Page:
fbpx

WPGM Recommends: Meresha – New Revolution (EP Review)

Meresha-New-Revolution
It can’t be too coincidental that Warsaw-born Florida-resident Meresha has the first ever world music music premiere on fast-growing and ground-breaking social media website Tsu, considering the title track of her new EP New Revolution sounds like it could be the theme music to their advertising campaign.

Already in the millions after its launch in October, Tsu aims to be a new revolution by calling themselves the first “socially responsible social network” and rewards its invited-only community with royalties if they continue to grow its world and share advertising posts. Although the website describes the methodologies as “a network growing relationships”, which makes it seem more friendly and allows a greater ease for musical lyrics to fit metaphorically like in the case of Meresha.

New Revolution” feels like the poster song for the website’s ethos considering it promotes positivity and ambition, and suggests at the financial help, Tsu aids musicians, such as Meresha herself, who has benefited from its services in comparison to streaming options or pay-to-publicize schemes. Lines such as: “Music revolution is here today, revolution is breaking through” show warrior spirit and an insurgent character.

Yet there is also another incentive, which is to celebrate the idea that musicians are beginning to compose and produce their own art in freedom with a verse that appears oxymoronic with its title: “bringing music back to the past” and “dusty boombox only knows my name”. Keyboards press like Hot Chip’s “One Life Stand”, and contribute to the planetary backdrops of Meresha’s Americanized raps, genre-bending composition and punchy beats as she delivers her Magna Carta of music principles.

Meresha is a visionary symbol for the optimistic and efficient freethinkers of this generation. Rather than grow scared or lost in the clutter of over-selective binary, she has accepted platforms of social media for creative gain ever since her successful Kickstarter campaign (relating back to chain-less musical freedom ideology), and that’s why it’s no surprise she welcomes newbies Tsu into her life. The science-fiction artwork for her EP New Revolution, her vegan attribute, her extra-terrestrial confession and her mission plan to “take over the world” pushes her ambition concept into exciting and rebel-fueled territories.

In her lyrics, she paints utopian scenes as if promised by the divine Maria in Fritz Lang’s Metropolis. A chillwave and “concrete paradise” complete with liquid bliss called “Lemonade City” that promises “to take all your worries away”, and encourages interaction: “come with us to be cool and set the world away”. Whilst the listener is notified of a vacancy for a top hierarchy position as the king and queen of her visions. A voice that travels around the galaxy between Lorde and Kelela, it has megaphonic variations that aid an image associated with Janelle Monae’s alter ego Cindy Mayweather but in a less cold metallic fashion and is benevolent like a track from relevantly-named Brooklyn band Lemonade’s collection.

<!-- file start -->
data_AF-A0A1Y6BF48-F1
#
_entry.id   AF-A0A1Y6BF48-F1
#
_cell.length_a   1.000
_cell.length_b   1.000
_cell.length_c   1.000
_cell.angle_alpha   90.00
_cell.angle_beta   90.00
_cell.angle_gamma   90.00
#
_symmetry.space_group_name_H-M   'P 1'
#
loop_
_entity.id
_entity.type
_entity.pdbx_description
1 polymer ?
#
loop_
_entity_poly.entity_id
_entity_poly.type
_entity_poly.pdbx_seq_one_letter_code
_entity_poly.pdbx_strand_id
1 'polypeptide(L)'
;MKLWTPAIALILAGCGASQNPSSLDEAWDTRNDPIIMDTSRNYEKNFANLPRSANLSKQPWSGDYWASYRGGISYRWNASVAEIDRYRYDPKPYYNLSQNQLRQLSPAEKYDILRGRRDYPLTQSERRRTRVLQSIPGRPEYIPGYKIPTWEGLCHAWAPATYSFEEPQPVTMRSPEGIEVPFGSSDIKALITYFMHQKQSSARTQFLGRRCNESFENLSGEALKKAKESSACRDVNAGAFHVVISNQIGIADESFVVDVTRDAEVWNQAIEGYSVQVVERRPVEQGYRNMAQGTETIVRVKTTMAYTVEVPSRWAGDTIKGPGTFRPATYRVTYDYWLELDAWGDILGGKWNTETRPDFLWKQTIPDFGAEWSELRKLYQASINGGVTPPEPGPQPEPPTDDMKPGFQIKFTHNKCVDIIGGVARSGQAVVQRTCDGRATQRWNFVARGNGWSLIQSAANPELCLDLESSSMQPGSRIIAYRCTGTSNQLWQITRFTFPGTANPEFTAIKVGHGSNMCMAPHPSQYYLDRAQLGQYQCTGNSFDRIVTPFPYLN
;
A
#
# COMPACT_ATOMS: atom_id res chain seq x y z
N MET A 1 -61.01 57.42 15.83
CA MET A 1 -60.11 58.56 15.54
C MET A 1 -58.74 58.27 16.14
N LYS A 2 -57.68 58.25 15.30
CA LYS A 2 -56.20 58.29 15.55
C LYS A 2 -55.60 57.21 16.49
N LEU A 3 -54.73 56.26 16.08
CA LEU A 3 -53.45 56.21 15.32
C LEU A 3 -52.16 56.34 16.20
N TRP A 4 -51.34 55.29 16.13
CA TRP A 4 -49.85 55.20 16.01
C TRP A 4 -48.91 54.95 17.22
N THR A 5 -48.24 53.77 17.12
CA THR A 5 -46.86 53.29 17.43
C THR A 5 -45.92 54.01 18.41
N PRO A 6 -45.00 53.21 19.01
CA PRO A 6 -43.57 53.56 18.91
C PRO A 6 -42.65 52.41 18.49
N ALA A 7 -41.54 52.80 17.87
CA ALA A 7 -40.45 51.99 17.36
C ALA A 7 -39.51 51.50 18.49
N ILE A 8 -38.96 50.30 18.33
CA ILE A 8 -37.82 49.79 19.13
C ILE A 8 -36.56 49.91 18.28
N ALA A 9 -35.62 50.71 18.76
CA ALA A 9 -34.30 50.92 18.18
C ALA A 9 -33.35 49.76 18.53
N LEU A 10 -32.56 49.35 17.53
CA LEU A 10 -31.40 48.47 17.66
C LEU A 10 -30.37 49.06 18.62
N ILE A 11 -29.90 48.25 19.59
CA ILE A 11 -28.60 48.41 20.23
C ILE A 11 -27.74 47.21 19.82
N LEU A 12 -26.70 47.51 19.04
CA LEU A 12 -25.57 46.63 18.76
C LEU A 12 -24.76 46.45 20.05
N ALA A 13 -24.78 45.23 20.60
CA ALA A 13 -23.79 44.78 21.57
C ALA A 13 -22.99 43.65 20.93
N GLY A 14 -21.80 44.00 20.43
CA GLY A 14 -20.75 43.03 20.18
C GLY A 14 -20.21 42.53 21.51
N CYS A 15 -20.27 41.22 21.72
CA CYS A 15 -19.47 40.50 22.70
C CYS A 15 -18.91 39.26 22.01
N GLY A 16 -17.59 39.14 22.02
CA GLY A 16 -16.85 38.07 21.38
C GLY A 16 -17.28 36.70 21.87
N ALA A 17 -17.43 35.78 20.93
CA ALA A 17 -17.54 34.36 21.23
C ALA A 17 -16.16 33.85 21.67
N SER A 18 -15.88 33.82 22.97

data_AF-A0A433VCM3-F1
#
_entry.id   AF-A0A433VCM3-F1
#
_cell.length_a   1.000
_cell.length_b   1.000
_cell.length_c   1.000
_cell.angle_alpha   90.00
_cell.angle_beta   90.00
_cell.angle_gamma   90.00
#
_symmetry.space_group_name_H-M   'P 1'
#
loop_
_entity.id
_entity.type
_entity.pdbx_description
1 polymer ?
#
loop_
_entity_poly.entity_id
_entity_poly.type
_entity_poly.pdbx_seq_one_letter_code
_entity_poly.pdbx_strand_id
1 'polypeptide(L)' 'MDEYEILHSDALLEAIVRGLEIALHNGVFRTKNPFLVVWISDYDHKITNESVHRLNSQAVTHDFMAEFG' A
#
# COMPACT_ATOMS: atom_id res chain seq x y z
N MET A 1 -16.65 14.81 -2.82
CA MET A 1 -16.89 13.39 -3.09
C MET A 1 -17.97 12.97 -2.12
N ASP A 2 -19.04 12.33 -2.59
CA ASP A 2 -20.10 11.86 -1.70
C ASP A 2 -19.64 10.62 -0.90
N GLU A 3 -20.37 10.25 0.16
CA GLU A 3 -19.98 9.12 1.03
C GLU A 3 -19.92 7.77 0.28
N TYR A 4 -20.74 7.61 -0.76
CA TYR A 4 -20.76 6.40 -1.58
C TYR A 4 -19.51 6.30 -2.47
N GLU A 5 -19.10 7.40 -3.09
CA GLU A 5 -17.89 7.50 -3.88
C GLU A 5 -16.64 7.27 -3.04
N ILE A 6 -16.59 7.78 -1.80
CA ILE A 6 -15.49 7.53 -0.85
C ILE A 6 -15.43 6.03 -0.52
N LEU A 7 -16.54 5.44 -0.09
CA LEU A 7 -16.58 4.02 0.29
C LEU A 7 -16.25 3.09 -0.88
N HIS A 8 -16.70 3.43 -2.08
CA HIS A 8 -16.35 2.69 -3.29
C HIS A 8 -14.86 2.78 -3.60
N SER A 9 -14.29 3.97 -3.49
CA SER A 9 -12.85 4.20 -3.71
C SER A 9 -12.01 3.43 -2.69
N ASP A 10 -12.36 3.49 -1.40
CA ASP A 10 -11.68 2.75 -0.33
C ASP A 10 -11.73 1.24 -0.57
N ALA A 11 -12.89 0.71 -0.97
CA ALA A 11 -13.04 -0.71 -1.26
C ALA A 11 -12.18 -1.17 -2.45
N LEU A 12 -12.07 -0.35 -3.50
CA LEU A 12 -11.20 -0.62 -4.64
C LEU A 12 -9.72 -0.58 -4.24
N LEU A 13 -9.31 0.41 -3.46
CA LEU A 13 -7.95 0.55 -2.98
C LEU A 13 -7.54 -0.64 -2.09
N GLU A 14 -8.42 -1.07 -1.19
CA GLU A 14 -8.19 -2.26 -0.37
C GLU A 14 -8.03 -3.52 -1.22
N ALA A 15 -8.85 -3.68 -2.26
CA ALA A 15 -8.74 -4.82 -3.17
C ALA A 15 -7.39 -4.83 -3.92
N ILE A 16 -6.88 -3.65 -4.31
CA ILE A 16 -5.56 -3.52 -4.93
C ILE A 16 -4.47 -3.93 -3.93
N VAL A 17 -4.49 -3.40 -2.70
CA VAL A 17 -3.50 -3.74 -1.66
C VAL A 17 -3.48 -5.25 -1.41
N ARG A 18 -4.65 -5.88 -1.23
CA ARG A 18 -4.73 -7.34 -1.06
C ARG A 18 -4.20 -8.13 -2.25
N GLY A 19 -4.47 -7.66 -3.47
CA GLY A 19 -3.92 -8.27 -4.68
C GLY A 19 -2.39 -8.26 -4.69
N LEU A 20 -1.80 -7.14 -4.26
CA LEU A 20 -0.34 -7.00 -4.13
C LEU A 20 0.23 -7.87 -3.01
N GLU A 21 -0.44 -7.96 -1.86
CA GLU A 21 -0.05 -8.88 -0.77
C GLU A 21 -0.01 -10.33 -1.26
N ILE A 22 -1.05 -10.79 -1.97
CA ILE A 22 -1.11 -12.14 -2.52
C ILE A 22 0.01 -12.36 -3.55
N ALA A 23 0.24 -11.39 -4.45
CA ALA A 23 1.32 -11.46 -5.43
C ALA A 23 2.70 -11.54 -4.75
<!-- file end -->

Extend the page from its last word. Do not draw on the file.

The EP is a fusion of zeitgeist beats applicable to today’s music trends and “You” jumps on the dream pop wagon with it’s echoey wave of Purity-ring-esque synth electricity but it’s matched with the smooth tempo and calm voice of nocturnal alternative R&B acts Banks, Brika and Tinashe and self-confessed inspiration of Disclosure and post-dub-step act James Blake. It’s very enchanting, ear-catching and significant and wouldn’t seem out-of-place on a hipster YouTube channel or in an early 20s-demographic-targeted clothes store.

The best is saved to last as “August” is an addictive and sophisticated blend of acid jazz keyboards, steady basslines and builds from ambient house, balladry voice, Hendrix wah-wahs and spacey swirls. The powerful description: “you’re eyes like skies they’re amber”, is also well placed because, among the obvious connotations with the leaf-dropping season, the colour is associated with strength and purpose, courage and personal development. “Autumn” is timeless but unfortunately ends too soon. Although, it’s safe to say that Meresha’s revolution and footprint on the music industry has just begun.

Meresha’s New Revolution EP is out now, purchase it on iTunes here.

Words by Matt Hobbs

Write a response

Leave A Comment

Your email address will not be published. Required fields are marked *




Enter Captcha Here :

Close
Copyright © 2020 WPGM. Website Developed by WeDoWebApps.
Close